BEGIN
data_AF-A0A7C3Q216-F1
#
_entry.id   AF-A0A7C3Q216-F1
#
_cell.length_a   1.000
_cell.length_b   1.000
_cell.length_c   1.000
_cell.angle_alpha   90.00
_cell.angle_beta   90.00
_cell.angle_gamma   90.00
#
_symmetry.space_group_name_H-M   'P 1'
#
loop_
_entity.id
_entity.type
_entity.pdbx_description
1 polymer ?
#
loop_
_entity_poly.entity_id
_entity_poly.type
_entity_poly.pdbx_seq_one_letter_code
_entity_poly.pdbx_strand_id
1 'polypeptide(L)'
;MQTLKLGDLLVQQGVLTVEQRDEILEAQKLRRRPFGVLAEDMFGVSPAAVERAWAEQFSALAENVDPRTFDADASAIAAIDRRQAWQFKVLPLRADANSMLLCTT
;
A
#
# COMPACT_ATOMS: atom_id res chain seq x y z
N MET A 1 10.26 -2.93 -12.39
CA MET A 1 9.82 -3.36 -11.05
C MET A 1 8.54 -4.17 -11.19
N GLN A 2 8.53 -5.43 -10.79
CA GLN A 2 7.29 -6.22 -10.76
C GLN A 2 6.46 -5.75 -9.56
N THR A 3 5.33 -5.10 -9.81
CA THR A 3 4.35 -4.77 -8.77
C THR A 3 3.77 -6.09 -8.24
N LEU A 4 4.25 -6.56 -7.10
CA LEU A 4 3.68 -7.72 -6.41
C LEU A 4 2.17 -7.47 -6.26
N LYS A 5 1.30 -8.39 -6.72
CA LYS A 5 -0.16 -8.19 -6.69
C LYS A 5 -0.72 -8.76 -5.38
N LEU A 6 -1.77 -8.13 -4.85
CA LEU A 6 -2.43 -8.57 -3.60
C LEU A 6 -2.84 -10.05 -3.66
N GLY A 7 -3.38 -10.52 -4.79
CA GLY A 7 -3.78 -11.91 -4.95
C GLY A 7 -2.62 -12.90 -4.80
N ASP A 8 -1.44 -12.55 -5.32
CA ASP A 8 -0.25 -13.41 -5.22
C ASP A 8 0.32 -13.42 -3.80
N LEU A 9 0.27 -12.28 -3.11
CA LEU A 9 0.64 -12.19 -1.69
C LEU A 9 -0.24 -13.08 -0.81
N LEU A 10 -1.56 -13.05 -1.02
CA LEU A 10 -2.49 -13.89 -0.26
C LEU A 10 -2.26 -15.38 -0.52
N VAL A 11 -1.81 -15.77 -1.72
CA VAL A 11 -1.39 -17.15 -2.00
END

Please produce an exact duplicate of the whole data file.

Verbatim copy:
data_AF-A0A7C3Q216-F1
#
_entry.id   AF-A0A7C3Q216-F1
#
_cell.length_a   1.000
_cell.length_b   1.000
_cell.length_c   1.000
_cell.angle_alpha   90.00
_cell.angle_beta   90.00
_cell.angle_gamma   90.00
#
_symmetry.space_group_name_H-M   'P 1'
#
loop_
_entity.id
_entity.type
_entity.pdbx_description
1 polymer ?
#
loop_
_entity_poly.entity_id
_entity_poly.type
_entity_poly.pdbx_seq_one_letter_code
_entity_poly.pdbx_strand_id
1 'polypeptide(L)'
;MQTLKLGDLLVQQGVLTVEQRDEILEAQKLRRRPFGVLAEDMFGVSPAAVERAWAEQFSALAENVDPRTFDADASAIAAIDRRQAWQFKVLPLRADANSMLLCTT
;
A
#
# COMPACT_ATOMS: atom_id res chain seq x y z
N MET A 1 10.26 -2.93 -12.39
CA MET A 1 9.82 -3.36 -11.05
C MET A 1 8.54 -4.17 -11.19
N GLN A 2 8.53 -5.43 -10.79
CA GLN A 2 7.29 -6.22 -10.76
C GLN A 2 6.46 -5.75 -9.56
N THR A 3 5.33 -5.10 -9.81
CA THR A 3 4.35 -4.77 -8.77
C THR A 3 3.77 -6.09 -8.24
N LEU A 4 4.25 -6.56 -7.10
CA LEU A 4 3.68 -7.72 -6.41
C LEU A 4 2.17 -7.47 -6.26
N LYS A 5 1.30 -8.39 -6.72
CA LYS A 5 -0.16 -8.19 -6.69
C LYS A 5 -0.72 -8.76 -5.38
N LEU A 6 -1.77 -8.13 -4.85
CA LEU A 6 -2.43 -8.57 -3.60
C LEU A 6 -2.84 -10.05 -3.66
N GLY A 7 -3.38 -10.52 -4.79
CA GLY A 7 -3.78 -11.91 -4.95
C GLY A 7 -2.62 -12.90 -4.80
N ASP A 8 -1.44 -12.55 -5.32
CA ASP A 8 -0.25 -13.41 -5.22
C ASP A 8 0.32 -13.42 -3.80
N LEU A 9 0.27 -12.28 -3.11
CA LEU A 9 0.64 -12.19 -1.69
C LEU A 9 -0.24 -13.08 -0.81
N LEU A 10 -1.56 -13.05 -1.02
CA LEU A 10 -2.49 -13.89 -0.26
C LEU A 10 -2.26 -15.38 -0.52
N VAL A 11 -1.81 -15.77 -1.72
CA VAL A 11 -1.39 -17.15 -2.00